As Raf said, lambdas are just syntax sugar for more convenient use of TBB. Lambda is just an unnamed functor class written by the compiler. You can achieve the same effectby writing an explicit function class. The arguments passed to the function should be captured by the instance of the class (i.e. passed to its constructor and saved in the instance, either by value or by reference). The class should have a operator() method with no parameters; inside that method, you call the function passing the arguments captured earlier.

If for some reason you have to use both g++ and lambdas, then you have to wait for GCC 4.5.
Alexey_K_Intel3
Employee
265 Views
Quoting - Nav
Firstly, I was very surprised that the parallel_for was made in such a way that it always required a function object (the obvious comparison which went with OpenMP, that if it's just a simple pragma there, then why not something simple here too).
This brings forward the coding complexity and amount of code that has to be written for developing a large application. Obviously the use of lambda's is going to simplify and reduce the time taken for me to do my work.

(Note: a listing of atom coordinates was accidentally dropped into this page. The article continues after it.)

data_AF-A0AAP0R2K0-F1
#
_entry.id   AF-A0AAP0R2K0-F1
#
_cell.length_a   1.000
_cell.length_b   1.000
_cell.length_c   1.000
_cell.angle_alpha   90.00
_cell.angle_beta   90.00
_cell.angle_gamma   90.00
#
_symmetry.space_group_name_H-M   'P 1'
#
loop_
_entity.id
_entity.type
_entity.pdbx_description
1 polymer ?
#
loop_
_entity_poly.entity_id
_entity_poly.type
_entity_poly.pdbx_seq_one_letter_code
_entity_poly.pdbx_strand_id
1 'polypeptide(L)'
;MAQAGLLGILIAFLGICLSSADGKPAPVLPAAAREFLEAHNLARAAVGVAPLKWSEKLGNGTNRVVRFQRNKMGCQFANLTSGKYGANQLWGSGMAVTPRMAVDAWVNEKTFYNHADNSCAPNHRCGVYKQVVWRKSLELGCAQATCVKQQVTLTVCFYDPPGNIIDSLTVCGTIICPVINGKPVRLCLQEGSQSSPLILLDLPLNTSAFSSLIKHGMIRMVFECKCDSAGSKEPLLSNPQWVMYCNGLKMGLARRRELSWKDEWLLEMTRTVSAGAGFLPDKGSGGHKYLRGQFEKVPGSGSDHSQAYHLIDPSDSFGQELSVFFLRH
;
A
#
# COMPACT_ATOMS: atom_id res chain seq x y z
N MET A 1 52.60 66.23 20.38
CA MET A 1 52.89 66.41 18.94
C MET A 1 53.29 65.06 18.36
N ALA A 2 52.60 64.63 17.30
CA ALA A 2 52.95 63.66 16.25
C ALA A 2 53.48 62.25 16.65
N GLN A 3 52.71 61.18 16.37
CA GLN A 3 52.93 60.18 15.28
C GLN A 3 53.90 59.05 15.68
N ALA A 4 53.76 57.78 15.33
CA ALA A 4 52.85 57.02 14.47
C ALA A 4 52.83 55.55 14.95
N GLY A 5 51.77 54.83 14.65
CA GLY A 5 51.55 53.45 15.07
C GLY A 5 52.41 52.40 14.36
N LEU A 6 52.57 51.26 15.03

When Intel says that the amount of coding to be done using TBB is much lesser, they were comparing it with ordinary threading. Apparently, the amount of coding would be lesser than or equal to, if I use OpenMP.

Secondly, there are plenty of programmers who need to work with gcc. Learning complex TBB would not be much of an incentive to a programmer if lambda's (or any other feature that simplifies TBB) did not work in gcc (am mentioning this knowing that lambda's are feature of c++0x and not TBB).